Choosing the Right N(etwork) for NFV

There is a general consensus on the goals of network function virtualization (NFV): to improve agility and speed of service delivery, lower costs, and allow service providers to keep pace with the demands on their network. NFV accomplishes this by helping service providers apply IT principles to roll out new services as VMs on standard commodity servers — hence decoupling the services from the underlying hardware. The idea is it improves agility, speed of service delivery, lowers cost and allows service providers to keep pace with the demands on their network.

I will explore the role of network infrastructure in the successful rollout of network function virtualization. As a refresher, here is an outline of the NFV architecture that highlights the role of the network in that context.

Even if customers are able to successfully deploy virtual network functions (VNF) on an IT compute infrastructure, lack of attention toward underlying network infrastructure can cause delays and jeopardize the goal of achieving the benefits of NFV. It is important that the customer chooses an SDN controller which not only works well with the VIM layer, but can also provide the following added benefits:

  • Support open, commodity network switches for physical layer
  • Automate the virtual network and also map the virtual network context to the physical network
  • Provide granular visibility, analytics, as well as end-to-end troubleshooting when required for both the OpenStack admin (Cloud admin / VIM layer admin) and the physical network admin

Now, let’s look at how Big Switch’s Big Cloud Fabric (BCF) helps achieve these 3 goals:

  1. Open Ethernet Switches: An important goal of NFV is to eliminate the use of proprietary hardware and instead use commodity hardware for the VNFs. That principle does not solely apply to the compute and storage hardware, but also extends to networking hardware as well. Big Switch has spearheaded efforts to support its software across multiple vendors including Dell, HPE, and Edgecore networks. This provides carriers with a much needed freedom to choose between any hardware platform to roll out their NFV infrastructure — much in the same way that they can choose between any type of compute for deploying the VNFs.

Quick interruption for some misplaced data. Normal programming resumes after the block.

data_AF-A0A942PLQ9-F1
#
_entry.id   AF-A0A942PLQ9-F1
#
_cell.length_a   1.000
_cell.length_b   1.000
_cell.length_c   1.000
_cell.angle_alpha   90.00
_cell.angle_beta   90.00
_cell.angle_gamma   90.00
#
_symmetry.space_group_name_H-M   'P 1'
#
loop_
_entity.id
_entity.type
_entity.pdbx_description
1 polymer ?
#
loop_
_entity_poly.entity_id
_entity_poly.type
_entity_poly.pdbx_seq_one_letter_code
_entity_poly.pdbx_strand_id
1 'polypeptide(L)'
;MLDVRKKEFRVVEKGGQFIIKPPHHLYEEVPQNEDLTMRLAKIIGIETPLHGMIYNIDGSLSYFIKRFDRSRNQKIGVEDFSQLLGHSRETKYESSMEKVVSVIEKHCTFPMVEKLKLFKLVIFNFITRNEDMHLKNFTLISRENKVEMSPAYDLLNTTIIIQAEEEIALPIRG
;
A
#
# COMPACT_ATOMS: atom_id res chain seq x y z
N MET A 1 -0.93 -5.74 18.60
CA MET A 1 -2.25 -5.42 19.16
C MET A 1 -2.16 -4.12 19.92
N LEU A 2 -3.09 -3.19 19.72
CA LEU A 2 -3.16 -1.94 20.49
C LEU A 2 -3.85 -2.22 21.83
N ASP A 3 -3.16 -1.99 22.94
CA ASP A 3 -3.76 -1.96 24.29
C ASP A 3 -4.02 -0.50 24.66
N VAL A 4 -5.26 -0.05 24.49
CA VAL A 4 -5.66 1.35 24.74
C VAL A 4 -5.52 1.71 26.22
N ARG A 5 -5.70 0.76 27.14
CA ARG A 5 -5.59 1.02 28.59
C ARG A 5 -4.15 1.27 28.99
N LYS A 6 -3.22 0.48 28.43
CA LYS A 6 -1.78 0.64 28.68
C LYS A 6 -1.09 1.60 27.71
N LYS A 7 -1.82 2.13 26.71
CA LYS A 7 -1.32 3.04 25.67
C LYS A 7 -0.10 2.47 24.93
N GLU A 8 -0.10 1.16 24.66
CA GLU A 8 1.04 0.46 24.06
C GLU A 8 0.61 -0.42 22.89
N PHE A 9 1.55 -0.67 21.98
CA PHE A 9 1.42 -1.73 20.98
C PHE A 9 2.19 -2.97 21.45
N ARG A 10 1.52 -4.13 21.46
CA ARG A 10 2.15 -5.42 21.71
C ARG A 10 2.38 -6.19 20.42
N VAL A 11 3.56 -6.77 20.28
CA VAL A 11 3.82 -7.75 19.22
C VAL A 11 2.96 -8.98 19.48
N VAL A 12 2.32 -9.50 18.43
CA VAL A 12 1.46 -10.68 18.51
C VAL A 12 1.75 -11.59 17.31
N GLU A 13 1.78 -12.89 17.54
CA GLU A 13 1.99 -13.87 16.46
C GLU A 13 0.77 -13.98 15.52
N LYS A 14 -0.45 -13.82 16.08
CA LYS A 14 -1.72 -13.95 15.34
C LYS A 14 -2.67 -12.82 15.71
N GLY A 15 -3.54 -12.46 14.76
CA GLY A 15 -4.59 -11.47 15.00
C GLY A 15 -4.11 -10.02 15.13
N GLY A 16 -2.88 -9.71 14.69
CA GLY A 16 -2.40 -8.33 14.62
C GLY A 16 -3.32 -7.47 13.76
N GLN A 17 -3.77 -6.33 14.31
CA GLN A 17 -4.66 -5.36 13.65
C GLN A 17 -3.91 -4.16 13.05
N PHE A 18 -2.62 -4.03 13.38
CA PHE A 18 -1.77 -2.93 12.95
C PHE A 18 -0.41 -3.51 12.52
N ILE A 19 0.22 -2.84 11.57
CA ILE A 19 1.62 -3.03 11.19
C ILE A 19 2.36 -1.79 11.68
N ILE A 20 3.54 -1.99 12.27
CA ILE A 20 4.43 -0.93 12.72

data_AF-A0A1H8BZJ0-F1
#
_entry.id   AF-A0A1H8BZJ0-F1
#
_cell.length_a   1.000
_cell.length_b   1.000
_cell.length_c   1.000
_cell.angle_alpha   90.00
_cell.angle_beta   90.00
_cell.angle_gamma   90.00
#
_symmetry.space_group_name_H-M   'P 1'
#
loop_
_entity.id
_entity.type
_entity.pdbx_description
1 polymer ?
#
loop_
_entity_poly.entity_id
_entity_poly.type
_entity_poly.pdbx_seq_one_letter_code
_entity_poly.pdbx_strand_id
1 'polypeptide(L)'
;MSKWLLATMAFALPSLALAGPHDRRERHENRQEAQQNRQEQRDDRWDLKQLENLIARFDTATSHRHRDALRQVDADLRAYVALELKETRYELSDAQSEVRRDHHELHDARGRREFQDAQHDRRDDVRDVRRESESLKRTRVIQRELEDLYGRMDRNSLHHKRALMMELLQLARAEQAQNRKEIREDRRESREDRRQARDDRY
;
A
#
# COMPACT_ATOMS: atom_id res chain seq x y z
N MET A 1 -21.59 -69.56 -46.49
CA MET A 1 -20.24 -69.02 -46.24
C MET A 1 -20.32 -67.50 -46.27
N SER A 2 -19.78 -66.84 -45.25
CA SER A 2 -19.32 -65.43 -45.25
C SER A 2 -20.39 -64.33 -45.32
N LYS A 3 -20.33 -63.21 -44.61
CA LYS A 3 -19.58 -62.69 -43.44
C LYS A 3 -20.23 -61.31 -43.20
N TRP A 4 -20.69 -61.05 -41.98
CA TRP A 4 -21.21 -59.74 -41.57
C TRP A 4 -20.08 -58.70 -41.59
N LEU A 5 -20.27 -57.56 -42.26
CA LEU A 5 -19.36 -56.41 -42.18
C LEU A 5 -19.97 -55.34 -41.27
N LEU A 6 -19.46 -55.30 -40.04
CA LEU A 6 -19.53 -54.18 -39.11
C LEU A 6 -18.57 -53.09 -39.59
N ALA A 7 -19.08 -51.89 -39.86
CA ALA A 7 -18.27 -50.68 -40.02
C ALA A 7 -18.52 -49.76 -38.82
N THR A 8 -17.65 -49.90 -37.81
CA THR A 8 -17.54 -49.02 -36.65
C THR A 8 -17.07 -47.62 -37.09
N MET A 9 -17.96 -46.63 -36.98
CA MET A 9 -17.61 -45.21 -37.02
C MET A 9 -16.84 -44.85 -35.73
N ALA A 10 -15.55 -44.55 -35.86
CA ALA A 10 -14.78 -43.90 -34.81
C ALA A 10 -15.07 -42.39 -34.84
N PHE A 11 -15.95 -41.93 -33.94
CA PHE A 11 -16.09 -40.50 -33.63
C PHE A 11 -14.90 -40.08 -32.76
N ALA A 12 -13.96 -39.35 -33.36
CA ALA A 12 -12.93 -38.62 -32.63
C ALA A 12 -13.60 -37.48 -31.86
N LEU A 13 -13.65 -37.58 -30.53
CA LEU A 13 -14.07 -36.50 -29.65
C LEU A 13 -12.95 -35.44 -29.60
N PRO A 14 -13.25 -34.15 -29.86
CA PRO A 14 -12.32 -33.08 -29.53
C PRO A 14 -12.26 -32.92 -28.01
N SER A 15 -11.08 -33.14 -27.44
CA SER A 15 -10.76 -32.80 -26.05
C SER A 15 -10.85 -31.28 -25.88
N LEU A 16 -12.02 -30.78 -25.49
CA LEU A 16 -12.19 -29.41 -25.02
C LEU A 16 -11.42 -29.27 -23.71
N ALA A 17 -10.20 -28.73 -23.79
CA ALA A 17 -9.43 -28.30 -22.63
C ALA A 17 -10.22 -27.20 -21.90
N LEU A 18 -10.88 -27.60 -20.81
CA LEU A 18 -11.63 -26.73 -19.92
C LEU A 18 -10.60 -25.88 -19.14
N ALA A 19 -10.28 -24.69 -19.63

2. Network Automation and Virtual to Physical Network Mapping: BCF uses a combination of OpenStack neutron plugin and Big Switch’s user space agent along with OVS kernel module to listen to all the network adds, changes, and deletions in OpenStack.  Not only does it provision the virtual network on OpenStack compute nodes, but it also provisions physical networks with the right project (tenant)and network(segment) information. That way, physical networks can keep pace with cloud administration, and changes are carried out concurrently in the virtual and physical domain.


  1. Visibility and Troubleshooting: The most significant benefit of BCF architecture is the unprecedented visibility and troubleshooting it provides to track paths between VNFs that include virtual and physical switches. That troubleshooting interface is available to both the network and the cloud admin and shows the same output to validate information while troubleshooting between multiple teams. This is arguably one of the biggest gaps in most deployments and one of the hardest to solve. Naturally, customers get excited when they are finally provided with a solution to what I call a “visibility gap” with NFV.

It is extremely important to consider these points when choosing the N(etwork) for NFV. To learn more about BCF and how it can help you improve agility and speed of service delivery, lower costs, and ability to keep pace with the demands on their network, we worked with ACG Research to understand how a Tier 1 service provider did a comparison based on extensive analysis and testing to deploy NFV at scale in its national services infrastructure. To read the report: Creating Agility & Efficiency at Scale: The Economic Advantages of Open Architecture Platforms in NFV Deployments

Salman Zahid

Director, Systems Engineering at Big Switch Networks

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